What Was That Economics Term?

by Joey deVilla on December 30, 2010

Seen while shopping around for a new vacuum cleaner:

Christmas tree with a sign that reads: "Was $185 Now $50"

For some reason, I can’t remember the economics term used to describe the fall in value of certain types of goods after a specific date. If you know, could you refresh my memory in the comments?

(Also: $185 is a lot to ask for a mangy-looking tree.)

And no, the term I’m looking for isn’t “SALE”, as my smart-ass schoolmate William Merlet suggested on Facebook.

{ 8 comments… read them below or add one }

Greg Brown December 30, 2010 at 3:20 pm


That might not be the actual technical term.

John Bristowe December 30, 2010 at 3:22 pm

Fire sale?

Greg Wilson December 30, 2010 at 3:28 pm

Zune? Vista?

John Utter December 30, 2010 at 5:18 pm
Chris Taylor December 30, 2010 at 5:35 pm

Utter is close; what you have described in the post is really off-peak pricing; the downward trajectory of the fee as the commodity slips down the demand schedule.

Inflection point would also work, since Christmas is the transition point between the pre-Christmas increased marginal value, and post-Christmas decreased value.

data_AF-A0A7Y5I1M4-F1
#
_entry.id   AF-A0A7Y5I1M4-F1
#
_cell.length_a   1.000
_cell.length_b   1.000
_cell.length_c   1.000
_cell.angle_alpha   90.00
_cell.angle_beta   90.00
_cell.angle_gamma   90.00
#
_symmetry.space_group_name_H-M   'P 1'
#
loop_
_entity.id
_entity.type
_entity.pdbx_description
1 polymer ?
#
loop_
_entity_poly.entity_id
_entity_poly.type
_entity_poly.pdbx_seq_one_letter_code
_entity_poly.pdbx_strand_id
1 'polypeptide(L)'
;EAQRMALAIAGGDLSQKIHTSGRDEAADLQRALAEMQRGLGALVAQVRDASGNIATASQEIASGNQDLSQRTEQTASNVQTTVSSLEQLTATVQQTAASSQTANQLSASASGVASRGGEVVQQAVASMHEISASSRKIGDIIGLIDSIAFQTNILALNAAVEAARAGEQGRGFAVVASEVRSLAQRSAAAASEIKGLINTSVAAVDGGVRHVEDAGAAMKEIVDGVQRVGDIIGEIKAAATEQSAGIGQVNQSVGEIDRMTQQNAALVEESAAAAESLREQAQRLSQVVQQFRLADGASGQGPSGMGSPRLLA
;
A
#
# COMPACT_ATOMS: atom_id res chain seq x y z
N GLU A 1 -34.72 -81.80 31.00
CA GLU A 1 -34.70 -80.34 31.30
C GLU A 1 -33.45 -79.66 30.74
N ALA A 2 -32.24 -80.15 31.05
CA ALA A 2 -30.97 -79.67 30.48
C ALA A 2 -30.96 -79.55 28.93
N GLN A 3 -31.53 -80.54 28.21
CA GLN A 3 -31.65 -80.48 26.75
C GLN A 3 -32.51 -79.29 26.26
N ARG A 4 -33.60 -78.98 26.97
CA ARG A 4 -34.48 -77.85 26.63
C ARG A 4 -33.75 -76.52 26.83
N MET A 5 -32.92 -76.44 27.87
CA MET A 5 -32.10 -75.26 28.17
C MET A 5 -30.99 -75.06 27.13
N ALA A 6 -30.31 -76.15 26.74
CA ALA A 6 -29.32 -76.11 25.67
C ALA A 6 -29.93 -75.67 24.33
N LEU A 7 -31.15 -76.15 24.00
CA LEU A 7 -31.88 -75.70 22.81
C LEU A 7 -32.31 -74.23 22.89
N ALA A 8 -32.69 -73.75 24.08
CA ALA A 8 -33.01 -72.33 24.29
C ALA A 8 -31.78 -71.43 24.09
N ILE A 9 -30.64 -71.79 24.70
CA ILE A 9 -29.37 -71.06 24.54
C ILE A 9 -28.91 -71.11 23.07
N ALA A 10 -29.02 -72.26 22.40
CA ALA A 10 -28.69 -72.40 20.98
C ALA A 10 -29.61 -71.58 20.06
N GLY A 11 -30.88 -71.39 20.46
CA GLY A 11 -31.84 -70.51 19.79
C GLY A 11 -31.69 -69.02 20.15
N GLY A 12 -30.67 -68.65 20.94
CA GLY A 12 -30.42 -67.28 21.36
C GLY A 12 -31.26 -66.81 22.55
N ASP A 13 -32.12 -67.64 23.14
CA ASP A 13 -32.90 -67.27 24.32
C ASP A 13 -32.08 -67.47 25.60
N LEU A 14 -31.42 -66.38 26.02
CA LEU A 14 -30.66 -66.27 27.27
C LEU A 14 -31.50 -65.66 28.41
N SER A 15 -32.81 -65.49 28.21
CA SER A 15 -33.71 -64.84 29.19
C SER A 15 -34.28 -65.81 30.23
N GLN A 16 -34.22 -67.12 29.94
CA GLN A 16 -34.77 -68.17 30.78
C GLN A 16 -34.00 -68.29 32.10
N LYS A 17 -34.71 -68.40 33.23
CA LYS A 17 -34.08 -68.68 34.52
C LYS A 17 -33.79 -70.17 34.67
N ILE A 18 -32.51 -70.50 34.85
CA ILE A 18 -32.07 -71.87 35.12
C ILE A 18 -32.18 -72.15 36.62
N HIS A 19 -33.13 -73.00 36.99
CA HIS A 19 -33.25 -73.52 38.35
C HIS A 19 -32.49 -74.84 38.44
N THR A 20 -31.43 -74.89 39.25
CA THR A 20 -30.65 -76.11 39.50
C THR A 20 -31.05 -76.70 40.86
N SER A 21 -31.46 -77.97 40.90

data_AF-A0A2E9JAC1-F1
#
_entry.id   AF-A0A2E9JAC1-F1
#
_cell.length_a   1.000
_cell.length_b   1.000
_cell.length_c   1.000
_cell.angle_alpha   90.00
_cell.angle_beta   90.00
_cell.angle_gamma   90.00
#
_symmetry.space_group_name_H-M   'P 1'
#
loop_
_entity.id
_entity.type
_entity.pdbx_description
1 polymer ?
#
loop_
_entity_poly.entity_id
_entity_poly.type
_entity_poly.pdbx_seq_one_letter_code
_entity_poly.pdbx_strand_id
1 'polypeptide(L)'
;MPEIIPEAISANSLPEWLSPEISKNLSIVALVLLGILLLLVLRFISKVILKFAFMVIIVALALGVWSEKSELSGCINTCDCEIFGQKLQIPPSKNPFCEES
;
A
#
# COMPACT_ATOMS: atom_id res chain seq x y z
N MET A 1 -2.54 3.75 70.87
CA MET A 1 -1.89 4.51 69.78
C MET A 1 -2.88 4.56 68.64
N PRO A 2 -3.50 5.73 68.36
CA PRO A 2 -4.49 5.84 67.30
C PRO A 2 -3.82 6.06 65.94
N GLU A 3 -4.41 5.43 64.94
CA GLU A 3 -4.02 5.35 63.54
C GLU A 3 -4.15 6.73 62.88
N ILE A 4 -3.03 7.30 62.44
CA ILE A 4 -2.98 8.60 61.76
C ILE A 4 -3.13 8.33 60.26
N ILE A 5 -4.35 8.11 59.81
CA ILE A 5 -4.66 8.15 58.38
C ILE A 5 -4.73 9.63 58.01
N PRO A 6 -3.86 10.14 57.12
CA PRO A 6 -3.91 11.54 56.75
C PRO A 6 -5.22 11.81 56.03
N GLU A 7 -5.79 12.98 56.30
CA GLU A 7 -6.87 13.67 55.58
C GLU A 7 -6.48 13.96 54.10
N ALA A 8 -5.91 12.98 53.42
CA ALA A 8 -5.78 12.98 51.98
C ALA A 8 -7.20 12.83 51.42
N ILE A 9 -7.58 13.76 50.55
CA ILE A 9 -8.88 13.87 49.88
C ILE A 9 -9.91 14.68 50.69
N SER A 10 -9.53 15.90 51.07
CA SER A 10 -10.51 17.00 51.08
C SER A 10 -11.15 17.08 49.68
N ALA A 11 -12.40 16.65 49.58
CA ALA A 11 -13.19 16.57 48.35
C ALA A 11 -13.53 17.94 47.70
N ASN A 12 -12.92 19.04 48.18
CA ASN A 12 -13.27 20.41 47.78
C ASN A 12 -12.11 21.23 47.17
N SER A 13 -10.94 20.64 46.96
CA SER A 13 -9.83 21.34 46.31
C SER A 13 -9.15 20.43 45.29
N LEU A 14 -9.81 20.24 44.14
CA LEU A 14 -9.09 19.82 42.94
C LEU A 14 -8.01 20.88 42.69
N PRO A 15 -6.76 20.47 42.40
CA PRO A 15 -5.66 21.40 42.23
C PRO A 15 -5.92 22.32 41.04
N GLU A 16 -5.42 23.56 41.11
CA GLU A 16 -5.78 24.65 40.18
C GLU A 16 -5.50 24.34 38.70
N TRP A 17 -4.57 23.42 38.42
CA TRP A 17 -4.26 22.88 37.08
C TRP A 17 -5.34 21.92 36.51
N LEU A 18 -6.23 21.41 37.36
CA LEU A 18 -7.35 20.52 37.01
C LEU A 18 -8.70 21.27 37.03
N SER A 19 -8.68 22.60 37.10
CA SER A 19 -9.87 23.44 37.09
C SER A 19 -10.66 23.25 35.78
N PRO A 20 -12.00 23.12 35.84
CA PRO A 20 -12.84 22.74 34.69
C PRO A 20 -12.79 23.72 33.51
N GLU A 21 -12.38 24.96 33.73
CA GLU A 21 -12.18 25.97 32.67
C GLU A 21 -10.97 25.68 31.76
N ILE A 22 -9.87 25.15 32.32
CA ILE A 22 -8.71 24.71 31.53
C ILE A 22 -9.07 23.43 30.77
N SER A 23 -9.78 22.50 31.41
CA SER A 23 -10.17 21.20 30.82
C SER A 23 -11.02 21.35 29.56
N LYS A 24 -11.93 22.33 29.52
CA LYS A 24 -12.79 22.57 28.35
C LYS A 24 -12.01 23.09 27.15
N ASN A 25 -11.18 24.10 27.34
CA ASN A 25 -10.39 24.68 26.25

nate December 30, 2010 at 6:10 pm

in the airline industry yield management is responsible for a lot of the different pricing you can see over time. One of the elements of yield management is the perishability of the good. (that is they become value-less after a certain time period). [in the airline case, seats can’t be sold after the plane leaves]

so i would guess ‘perishable’ is close to what you’re looking for.

Chipolte Maximus December 30, 2010 at 10:37 pm

Broker: Homer, you knuckle-beak, I told you a hundred times: you’ve got to sell your pumpkin futures before Hallowe’en! Before!
Homer: All right, let’s not panic: I’ll make the money back by selling one of my livers. I can get by with one.

schildt December 31, 2010 at 9:30 am


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